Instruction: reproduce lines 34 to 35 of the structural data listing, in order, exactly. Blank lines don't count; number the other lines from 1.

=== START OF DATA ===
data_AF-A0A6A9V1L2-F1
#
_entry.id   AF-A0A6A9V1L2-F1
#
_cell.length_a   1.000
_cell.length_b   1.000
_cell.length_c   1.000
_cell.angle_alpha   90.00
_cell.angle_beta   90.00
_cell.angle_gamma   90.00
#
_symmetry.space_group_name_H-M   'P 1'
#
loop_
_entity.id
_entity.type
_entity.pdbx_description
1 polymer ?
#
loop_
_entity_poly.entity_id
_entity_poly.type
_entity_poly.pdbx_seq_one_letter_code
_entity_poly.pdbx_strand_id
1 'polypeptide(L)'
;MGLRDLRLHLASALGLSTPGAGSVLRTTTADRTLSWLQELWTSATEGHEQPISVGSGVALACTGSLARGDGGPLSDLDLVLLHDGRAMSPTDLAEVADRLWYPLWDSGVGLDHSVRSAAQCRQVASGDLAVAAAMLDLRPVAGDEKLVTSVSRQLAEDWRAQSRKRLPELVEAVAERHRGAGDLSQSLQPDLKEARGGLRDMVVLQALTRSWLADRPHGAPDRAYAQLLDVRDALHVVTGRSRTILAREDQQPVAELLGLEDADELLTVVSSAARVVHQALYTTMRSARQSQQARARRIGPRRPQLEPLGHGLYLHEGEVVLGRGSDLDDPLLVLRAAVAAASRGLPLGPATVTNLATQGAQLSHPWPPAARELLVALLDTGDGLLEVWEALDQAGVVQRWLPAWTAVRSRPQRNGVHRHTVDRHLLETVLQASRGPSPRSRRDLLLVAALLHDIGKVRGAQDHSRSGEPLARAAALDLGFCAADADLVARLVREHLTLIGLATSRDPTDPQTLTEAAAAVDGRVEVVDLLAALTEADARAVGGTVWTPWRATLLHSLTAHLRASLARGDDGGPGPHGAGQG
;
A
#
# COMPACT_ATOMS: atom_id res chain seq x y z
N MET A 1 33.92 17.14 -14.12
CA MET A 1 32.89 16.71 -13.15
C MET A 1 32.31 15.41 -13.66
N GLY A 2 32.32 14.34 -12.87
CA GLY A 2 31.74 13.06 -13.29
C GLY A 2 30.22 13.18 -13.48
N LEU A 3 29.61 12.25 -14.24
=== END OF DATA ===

N GLY A 2 32.32 14.34 -12.87
CA GLY A 2 31.74 13.06 -13.29